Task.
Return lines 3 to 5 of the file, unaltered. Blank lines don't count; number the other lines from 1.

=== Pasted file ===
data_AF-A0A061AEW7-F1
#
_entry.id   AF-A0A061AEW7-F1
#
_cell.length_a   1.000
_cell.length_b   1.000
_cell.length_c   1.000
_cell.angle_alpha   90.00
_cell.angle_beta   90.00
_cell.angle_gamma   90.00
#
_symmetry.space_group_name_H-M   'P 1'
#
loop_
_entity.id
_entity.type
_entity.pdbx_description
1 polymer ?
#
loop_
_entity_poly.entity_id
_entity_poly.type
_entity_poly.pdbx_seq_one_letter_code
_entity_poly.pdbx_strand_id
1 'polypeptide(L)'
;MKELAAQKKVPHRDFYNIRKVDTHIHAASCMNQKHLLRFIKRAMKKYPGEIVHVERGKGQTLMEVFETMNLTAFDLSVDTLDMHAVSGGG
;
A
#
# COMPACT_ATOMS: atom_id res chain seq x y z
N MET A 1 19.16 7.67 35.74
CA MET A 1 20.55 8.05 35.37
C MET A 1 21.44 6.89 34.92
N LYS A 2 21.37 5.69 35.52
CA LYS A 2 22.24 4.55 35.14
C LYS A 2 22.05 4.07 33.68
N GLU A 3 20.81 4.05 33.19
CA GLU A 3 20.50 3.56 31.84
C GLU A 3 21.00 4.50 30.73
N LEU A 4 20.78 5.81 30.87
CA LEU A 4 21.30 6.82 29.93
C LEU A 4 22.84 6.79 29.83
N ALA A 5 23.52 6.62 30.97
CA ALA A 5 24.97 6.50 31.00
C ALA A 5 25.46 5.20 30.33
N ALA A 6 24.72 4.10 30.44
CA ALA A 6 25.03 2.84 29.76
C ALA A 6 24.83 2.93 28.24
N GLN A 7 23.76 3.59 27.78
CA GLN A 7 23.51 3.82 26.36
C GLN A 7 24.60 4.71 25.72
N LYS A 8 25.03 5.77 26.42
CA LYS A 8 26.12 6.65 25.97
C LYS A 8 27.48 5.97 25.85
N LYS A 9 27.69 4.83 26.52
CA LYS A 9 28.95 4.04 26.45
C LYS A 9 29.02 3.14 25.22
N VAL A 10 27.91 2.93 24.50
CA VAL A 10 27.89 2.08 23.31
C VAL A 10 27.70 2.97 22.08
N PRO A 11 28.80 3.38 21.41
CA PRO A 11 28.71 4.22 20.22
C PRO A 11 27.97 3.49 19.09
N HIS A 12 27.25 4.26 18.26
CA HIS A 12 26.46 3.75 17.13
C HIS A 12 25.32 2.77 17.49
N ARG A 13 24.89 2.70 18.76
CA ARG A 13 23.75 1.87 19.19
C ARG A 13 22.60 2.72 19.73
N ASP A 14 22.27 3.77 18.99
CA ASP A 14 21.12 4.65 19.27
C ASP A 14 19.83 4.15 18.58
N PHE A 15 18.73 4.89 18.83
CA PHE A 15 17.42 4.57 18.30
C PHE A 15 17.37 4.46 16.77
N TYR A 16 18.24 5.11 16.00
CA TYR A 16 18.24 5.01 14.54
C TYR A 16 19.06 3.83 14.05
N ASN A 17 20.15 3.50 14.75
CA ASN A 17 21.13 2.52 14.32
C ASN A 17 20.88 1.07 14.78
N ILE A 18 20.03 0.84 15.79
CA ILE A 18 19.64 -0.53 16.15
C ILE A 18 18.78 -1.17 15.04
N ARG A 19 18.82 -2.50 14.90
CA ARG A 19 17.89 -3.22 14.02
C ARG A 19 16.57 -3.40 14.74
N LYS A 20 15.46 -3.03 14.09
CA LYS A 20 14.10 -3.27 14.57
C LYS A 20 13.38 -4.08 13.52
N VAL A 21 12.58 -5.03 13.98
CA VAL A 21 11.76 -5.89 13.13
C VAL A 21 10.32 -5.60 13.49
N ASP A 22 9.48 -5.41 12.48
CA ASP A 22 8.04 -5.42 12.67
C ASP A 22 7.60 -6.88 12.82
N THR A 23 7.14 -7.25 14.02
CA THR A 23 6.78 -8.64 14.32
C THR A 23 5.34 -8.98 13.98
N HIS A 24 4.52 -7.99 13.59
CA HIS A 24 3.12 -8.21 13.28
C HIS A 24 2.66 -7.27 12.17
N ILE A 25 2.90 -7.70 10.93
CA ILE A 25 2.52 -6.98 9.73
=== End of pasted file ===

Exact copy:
_entry.id   AF-A0A061AEW7-F1
#
_cell.length_a   1.000